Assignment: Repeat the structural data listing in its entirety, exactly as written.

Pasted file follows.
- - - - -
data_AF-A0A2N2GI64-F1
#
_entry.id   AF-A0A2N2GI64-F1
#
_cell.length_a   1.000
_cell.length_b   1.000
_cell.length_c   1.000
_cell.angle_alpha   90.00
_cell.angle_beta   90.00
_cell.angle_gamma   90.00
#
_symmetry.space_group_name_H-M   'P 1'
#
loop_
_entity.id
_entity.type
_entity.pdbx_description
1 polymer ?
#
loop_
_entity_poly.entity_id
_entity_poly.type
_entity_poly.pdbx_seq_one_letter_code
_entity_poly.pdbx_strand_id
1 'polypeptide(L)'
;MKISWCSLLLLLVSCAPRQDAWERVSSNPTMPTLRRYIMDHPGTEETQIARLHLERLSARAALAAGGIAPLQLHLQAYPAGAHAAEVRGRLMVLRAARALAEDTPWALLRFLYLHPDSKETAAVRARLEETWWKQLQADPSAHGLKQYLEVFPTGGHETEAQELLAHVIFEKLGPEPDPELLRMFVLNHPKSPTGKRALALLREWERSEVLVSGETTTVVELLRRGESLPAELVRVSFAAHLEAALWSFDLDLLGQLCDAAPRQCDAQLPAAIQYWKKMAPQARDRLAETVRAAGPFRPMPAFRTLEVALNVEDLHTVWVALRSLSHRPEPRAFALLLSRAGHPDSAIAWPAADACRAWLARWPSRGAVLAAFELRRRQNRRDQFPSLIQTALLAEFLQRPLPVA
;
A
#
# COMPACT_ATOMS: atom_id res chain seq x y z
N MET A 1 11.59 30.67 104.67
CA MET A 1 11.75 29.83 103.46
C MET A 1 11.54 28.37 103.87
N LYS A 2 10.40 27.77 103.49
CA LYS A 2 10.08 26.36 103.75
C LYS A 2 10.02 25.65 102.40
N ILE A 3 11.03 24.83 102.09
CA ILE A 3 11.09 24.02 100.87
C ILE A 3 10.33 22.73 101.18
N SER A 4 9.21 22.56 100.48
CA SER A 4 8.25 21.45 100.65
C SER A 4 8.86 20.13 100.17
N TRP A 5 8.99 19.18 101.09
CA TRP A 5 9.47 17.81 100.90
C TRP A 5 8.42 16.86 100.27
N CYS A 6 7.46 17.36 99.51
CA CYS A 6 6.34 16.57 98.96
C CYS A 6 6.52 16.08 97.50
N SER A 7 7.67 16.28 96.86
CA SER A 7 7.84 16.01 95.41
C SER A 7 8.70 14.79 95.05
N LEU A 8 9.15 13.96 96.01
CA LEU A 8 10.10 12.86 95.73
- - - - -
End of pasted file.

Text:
data_AF-A0A2N2GI64-F1
#
_entry.id   AF-A0A2N2GI64-F1
#
_cell.length_a   1.000
_cell.length_b   1.000
_cell.length_c   1.000
_cell.angle_alpha   90.00
_cell.angle_beta   90.00
_cell.angle_gamma   90.00
#
_symmetry.space_group_name_H-M   'P 1'
#
loop_
_entity.id
_entity.type
_entity.pdbx_description
1 polymer ?
#
loop_
_entity_poly.entity_id
_entity_poly.type
_entity_poly.pdbx_seq_one_letter_code
_entity_poly.pdbx_strand_id
1 'polypeptide(L)'
;MKISWCSLLLLLVSCAPRQDAWERVSSNPTMPTLRRYIMDHPGTEETQIARLHLERLSARAALAAGGIAPLQLHLQAYPAGAHAAEVRGRLMVLRAARALAEDTPWALLRFLYLHPDSKETAAVRARLEETWWKQLQADPSAHGLKQYLEVFPTGGHETEAQELLAHVIFEKLGPEPDPELLRMFVLNHPKSPTGKRALALLREWERSEVLVSGETTTVVELLRRGESLPAELVRVSFAAHLEAALWSFDLDLLGQLCDAAPRQCDAQLPAAIQYWKKMAPQARDRLAETVRAAGPFRPMPAFRTLEVALNVEDLHTVWVALRSLSHRPEPRAFALLLSRAGHPDSAIAWPAADACRAWLARWPSRGAVLAAFELRRRQNRRDQFPSLIQTALLAEFLQRPLPVA
;
A
#
# COMPACT_ATOMS: atom_id res chain seq x y z
N MET A 1 11.59 30.67 104.67
CA MET A 1 11.75 29.83 103.46
C MET A 1 11.54 28.37 103.87
N LYS A 2 10.40 27.77 103.49
CA LYS A 2 10.08 26.36 103.75
C LYS A 2 10.02 25.65 102.40
N ILE A 3 11.03 24.83 102.09
CA ILE A 3 11.09 24.02 100.87
C ILE A 3 10.33 22.73 101.18
N SER A 4 9.21 22.56 100.48
CA SER A 4 8.25 21.45 100.65
C SER A 4 8.86 20.13 100.17
N TRP A 5 8.99 19.18 101.09
CA TRP A 5 9.47 17.81 100.90
C TRP A 5 8.42 16.86 100.27
N CYS A 6 7.46 17.36 99.51
CA CYS A 6 6.34 16.57 98.96
C CYS A 6 6.52 16.08 97.50
N SER A 7 7.67 16.28 96.86
CA SER A 7 7.84 16.01 95.41
C SER A 7 8.70 14.79 95.05
N LEU A 8 9.15 13.96 96.01
CA LEU A 8 10.10 12.86 95.73